On 21st and 22nd of October we participated in the Microsoft Open Government Data Hackathon. The theme around this hackathon is that you build/develop something over these two days that make use of the openly available government data. There has been numerous hackathons like these all over the world. The prize was R50000! That is the kind of money that could mean a lot for BinarySpace in terms of getting tools and equipment for the space.
While we were a bit uncertain about what exactly we were going to do, we decided to form a team and enter the hackathon (this required some emails and a few leave forms).
Before the hackathon we started looking at various open data sources to see what is out there and what we can do. After lots of discussions on our local telegram group we decided on an idea. The requirements for this hackathon was basically; build something over the two days that use the government data to give it a better meaning and make it available to everybody. There was also a mention to make it fun!
From the beginning we knew that most of the open data hackathons ended up in various cool websites and apps. We wanted to do something more physical and different. We got the inspiration from the Points Sign, which is essentially a smart street sign. The hack was to build something like that from scratch over a period of 2 days, and using government data in a meaningful way. From the beginning this was a very ambitious hack in the timeline we had. We settled on a more basic government data set which was the positions of every public government facility in the country. This includes Hospitals, Home Affairs offices and even schools.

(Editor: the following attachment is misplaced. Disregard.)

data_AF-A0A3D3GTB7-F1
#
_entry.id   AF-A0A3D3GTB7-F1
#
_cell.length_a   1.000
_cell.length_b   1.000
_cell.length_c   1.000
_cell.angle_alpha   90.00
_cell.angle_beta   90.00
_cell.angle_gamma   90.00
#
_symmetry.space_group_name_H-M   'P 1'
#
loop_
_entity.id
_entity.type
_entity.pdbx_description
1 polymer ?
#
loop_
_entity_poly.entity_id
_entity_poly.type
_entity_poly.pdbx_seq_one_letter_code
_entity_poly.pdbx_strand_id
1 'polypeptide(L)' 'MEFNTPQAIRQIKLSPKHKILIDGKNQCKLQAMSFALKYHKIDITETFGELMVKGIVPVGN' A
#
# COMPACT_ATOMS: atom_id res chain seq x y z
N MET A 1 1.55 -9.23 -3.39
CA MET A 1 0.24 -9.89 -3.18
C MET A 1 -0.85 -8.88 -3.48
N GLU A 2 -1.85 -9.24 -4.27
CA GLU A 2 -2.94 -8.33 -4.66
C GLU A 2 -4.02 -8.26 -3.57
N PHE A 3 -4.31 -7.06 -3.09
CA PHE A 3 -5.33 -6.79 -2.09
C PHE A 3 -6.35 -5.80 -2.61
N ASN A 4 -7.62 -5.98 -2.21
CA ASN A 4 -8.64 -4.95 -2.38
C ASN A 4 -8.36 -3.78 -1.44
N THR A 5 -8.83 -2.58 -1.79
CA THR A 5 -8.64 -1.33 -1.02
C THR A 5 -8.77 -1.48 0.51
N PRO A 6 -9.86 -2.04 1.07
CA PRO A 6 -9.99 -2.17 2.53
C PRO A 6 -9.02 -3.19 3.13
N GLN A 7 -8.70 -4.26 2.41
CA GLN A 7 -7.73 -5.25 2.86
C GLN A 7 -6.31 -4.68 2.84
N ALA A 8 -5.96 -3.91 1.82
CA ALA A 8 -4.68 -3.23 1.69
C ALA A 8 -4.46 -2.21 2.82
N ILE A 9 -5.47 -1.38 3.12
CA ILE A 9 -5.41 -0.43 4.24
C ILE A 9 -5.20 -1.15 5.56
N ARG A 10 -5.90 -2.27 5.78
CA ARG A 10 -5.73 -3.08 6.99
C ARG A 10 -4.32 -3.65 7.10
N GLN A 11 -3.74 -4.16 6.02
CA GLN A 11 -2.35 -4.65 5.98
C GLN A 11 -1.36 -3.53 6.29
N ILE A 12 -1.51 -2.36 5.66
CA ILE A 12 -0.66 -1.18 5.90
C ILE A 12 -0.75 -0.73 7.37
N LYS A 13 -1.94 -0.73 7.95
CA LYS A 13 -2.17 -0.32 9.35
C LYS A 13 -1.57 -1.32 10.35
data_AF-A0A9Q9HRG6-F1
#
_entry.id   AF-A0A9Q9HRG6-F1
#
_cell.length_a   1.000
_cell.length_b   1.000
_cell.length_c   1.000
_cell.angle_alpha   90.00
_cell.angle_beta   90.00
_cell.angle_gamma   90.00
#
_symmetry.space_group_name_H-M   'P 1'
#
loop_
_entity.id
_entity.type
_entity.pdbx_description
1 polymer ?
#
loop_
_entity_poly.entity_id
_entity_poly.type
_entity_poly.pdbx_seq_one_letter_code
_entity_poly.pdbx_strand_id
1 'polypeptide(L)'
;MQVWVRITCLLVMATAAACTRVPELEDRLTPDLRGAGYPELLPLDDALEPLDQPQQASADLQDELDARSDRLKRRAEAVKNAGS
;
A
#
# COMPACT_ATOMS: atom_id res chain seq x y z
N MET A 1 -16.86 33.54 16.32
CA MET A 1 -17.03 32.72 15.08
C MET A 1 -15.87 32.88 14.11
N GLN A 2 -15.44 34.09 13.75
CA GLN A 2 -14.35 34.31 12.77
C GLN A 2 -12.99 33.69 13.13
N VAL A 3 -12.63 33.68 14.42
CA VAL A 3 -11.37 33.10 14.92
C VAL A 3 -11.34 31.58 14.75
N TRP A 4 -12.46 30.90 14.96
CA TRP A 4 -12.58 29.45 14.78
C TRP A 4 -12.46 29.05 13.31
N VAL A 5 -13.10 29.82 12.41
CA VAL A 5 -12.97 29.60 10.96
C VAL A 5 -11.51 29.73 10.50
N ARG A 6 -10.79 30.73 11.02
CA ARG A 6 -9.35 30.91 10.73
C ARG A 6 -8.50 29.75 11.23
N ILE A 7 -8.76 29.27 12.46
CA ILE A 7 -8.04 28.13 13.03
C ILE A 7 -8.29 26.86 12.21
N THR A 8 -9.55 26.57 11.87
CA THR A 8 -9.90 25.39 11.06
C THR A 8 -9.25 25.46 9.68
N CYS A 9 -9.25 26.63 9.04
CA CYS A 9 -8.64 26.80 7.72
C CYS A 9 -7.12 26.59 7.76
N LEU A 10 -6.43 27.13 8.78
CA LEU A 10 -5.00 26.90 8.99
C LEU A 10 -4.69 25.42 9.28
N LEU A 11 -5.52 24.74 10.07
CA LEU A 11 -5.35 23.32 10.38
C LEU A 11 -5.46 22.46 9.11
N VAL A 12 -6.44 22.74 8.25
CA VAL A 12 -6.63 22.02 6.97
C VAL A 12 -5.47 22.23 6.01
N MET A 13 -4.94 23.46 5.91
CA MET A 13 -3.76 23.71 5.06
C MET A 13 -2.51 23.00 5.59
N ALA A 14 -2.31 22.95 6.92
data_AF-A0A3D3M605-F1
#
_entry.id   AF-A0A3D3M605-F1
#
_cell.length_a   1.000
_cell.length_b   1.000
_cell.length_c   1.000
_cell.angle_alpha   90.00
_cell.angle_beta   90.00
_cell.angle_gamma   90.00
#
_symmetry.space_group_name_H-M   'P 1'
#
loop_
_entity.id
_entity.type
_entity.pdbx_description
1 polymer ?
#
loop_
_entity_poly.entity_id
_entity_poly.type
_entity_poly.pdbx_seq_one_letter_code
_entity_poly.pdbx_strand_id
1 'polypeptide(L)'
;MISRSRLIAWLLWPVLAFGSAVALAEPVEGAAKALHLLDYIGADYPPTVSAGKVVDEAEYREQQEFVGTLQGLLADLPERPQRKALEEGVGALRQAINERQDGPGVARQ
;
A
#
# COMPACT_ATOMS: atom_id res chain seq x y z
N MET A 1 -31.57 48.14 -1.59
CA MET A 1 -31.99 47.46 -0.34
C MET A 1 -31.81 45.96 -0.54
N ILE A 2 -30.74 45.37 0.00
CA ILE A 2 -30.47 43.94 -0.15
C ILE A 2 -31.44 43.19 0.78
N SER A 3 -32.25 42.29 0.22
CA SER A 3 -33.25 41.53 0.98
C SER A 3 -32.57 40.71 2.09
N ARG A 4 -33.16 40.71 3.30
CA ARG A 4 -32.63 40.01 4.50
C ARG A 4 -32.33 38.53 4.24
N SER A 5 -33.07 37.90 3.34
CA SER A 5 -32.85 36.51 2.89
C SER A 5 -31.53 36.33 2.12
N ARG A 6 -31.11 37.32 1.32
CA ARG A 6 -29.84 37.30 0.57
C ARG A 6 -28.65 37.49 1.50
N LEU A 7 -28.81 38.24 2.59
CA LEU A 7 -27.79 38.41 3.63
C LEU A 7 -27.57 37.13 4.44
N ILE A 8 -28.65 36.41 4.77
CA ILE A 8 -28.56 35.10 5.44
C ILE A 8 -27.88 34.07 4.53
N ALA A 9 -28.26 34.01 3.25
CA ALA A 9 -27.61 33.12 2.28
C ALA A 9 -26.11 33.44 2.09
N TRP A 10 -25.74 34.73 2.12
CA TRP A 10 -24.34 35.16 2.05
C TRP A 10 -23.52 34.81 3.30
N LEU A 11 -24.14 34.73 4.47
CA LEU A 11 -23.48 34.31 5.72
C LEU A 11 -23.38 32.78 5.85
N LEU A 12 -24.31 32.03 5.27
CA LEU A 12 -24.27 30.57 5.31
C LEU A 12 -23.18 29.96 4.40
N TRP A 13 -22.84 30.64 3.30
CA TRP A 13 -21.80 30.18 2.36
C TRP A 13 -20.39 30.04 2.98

So the plan was to create a smart street sign. It would have a control panel so that you can select which government facilities you are looking for and also have some emergency feature. Press the button for the facility you wanted and the signs would point to the 3 closest facilities while showing how far each one is from the sign.
We are calling it Pointr! The smart logo you see above was designed by our Isobar assigned team member and new friend of BinarySpace Rico Smith.
The biggest challenge in this project is the mechanical side of things. Making 1 sign rotate is easy, add 2 more on top of that and it becomes more difficult. Each sign needs a motor, power and communication lines for the sign. That is a lot of wires that need to go through the same pipe with the rotation mechanism. Granted we could have left the wires hanging on the outside (it’s a hack after all), but we wanted it to look nice.
Andre and Chris handled the mechanical side in terms of design and printing. Andre made a very cool design that involved a pvc pipe, a steel pipe welded onto a base and some 3d printed parts
The motor is essentially offset on the inner side of the pipe, a belt/pully mechanism used in 3d printers is used to do the rotation. This leaves space to bring through the wiring for the next rotation mechanism. Our sign can do a full 360 degrees, but not continuously. This means that if the sign is pointing at 340 degrees and needed to go to 10 degrees, it would basically move counter clockwise to 10 degrees instead of just moving forward over 360 to 10 degrees. For our purpose this wasn’t an issue at all.
The sign was cut from 6mm acrylic, and the plastic parts were printed with PLA.
On day 1 we had the first movement up and running, and we were very happy with how smoothly it went
Unfortunately on day 2 we decided to spray paint the pole. The not-fully-cured paint messed that up and we spent a while scratching off paint where the rotational parts go. Lesson learned 😉
For the main control panel, we had originally planned on just drilling a few holes in the pipe and mounting buttons with a printed piece of paper indicating which buttons to press. We are however suckers for a challenge so we decided to 3d print panels, and while we were it 3d print the icons as well